2.6 It is common ground that steps [a] to [c] define a simulation method. The method produces calculated numerical data, i.e. a prediction of the amount of electrical energy produced by the photovoltaic system during multiple flight paths. The Board agrees with the examination division’s decision that these steps do not involve a technical effect.

2.7 Following the principles laid out in G 1/19, the Board considers that whether the simulation achieves a technical effect depends on the further use of these numerical data (G 1/19, point 124).

To counter this finding, the Appellant argued that the central point of the present case is whether the estimated fuel savings provide a technical effect:

2.7 … The appellant argued for such an effect on the basis of step [d], added during the appeal, which specifies a further use of the predicted amount of electrical energy, namely translating this amount into estimated fuel savings. The issue in the present case is, thus, whether the estimated fuel savings provide a technical effect.

However, the Board in charge was not convinced by this argument:

2.9 The Board is not convinced by this argument because estimating the fuel savings for a flight is a non-technical administrative activity.

Then, the Appellant presented to further arguments:

2.10 During the oral proceedings, the appellant argued that the estimated fuel savings implied a more precise estimation of the amount of fuel needed by the aircraft for a flight. This was a technical effect because refuelling the aircraft with the optimal amount of fuel would enable the aircraft to traverse the flight path more efficiently.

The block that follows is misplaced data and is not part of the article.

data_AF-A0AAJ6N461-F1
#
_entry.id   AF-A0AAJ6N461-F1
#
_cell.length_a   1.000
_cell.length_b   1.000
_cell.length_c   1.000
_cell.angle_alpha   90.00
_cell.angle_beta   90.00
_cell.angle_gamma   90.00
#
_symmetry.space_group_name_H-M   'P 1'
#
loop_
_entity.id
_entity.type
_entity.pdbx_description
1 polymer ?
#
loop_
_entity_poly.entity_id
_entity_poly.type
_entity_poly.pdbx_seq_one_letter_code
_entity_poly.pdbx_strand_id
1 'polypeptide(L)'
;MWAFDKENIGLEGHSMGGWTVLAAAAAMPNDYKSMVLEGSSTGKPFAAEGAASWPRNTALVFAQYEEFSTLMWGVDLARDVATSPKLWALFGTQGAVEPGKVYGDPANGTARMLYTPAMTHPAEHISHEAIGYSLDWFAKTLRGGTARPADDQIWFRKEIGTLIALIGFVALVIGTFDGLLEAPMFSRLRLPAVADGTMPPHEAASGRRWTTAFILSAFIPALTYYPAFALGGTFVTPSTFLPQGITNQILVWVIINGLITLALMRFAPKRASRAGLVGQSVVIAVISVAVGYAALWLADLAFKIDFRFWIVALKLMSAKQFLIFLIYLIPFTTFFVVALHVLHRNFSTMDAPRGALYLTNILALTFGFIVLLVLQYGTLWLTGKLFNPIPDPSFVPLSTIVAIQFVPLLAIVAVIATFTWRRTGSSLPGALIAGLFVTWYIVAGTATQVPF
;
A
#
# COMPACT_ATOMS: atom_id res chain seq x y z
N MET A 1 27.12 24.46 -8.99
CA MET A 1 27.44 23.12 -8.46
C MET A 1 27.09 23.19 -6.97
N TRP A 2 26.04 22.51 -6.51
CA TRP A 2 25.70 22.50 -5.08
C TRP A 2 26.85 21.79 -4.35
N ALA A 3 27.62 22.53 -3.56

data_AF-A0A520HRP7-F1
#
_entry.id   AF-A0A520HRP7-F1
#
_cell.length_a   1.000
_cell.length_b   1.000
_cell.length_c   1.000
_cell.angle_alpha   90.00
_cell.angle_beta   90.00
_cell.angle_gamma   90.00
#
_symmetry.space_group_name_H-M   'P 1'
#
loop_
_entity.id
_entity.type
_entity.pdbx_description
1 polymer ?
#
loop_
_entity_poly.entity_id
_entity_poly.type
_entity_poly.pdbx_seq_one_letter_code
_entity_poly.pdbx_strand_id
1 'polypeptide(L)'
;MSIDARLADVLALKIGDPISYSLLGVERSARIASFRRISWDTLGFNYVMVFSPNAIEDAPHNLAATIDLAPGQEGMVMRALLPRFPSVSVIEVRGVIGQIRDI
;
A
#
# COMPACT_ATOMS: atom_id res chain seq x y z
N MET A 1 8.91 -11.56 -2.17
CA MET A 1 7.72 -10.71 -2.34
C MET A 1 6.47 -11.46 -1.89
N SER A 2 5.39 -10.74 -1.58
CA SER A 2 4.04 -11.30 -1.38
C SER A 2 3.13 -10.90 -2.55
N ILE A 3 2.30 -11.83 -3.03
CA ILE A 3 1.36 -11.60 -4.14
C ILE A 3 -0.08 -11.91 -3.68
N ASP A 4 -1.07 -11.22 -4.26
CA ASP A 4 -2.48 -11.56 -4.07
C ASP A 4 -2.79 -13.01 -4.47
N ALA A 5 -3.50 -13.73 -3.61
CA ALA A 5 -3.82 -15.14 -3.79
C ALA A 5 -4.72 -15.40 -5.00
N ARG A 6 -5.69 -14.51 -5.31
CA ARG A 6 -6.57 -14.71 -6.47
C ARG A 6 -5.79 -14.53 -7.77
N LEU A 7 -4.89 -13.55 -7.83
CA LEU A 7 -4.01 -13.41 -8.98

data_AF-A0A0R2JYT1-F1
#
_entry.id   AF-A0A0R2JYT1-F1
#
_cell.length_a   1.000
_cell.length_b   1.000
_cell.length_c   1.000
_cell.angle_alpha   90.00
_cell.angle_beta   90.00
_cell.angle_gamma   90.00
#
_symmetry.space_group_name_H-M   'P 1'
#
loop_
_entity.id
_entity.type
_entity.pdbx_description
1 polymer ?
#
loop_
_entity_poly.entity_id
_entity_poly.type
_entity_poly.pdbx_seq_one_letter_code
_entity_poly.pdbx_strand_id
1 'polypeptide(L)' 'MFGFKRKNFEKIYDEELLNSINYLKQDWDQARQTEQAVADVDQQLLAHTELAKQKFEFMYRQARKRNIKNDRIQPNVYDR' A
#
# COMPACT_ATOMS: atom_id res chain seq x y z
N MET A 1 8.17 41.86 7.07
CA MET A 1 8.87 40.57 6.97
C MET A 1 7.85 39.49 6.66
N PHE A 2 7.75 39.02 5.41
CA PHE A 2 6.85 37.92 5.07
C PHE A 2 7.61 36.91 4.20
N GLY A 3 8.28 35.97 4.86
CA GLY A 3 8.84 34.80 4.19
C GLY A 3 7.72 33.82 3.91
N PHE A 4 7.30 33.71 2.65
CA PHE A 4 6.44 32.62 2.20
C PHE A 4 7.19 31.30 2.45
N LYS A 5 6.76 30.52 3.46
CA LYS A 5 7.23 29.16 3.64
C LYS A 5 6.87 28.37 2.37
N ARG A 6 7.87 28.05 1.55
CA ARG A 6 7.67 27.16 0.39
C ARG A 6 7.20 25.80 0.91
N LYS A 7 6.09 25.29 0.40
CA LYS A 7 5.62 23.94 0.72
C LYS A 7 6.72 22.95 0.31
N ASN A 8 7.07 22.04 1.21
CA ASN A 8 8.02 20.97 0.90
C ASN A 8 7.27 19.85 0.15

2.12 The appellant also argued during the oral proceedings that step [a] described an accurate model for predicting the solar irradiance at a plurality of geographical points. This, in turn, led to a more precise estimation of the fuel savings. According to point 111, second sentence, of G 1/19, the accuracy of a simulation might be taken into consideration in the assessment of inventive step.

However, also these arguments did not convince the Board:

2.11 The Board considers that although refuelling is a technical process, it is not a direct consequence of the estimated fuel savings but would only occur as a result of a human decision (see also G 1/19, point 123). Moreover, the estimated fuel savings can also be used for business decisions, such as whether the savings merit the production and installation of the photovoltaic system or whether they permit a reduction of the flight tickets’ prices. Hence, the estimations do not have an implied technical use that can be the basis for an implied technical effect (see also G 1/19, points 98, 128).

2.13 In the Board’s view, however, the simulation’s accuracy might play a role in the assessment of inventive step only if the simulation contributes to the technical character of the invention. In view of the above (points 2.8 to 2.11), the Board judges that the simulation does not contribute to the technical character of the invention. Hence, the simulation’s accuracy is irrelevant for the assessment of inventive step.

Against this background, the Board found that the features relating to the simulation are of non-technical nature and thus have to be ignored for the assessment of inventive step:

2.14 As features [a] to [d] do not contribute to the technical character of the invention, they can be legitimately incorporated into the technical problem solved, as constraints to be met (T 641/00). …

As a result, the appeal was dismissed due to lack of inventive step.

More information

You can read the whole decision here: T 1035/18 (Estimating airborne photovoltaic energy production/BOEING) of November 2, 2021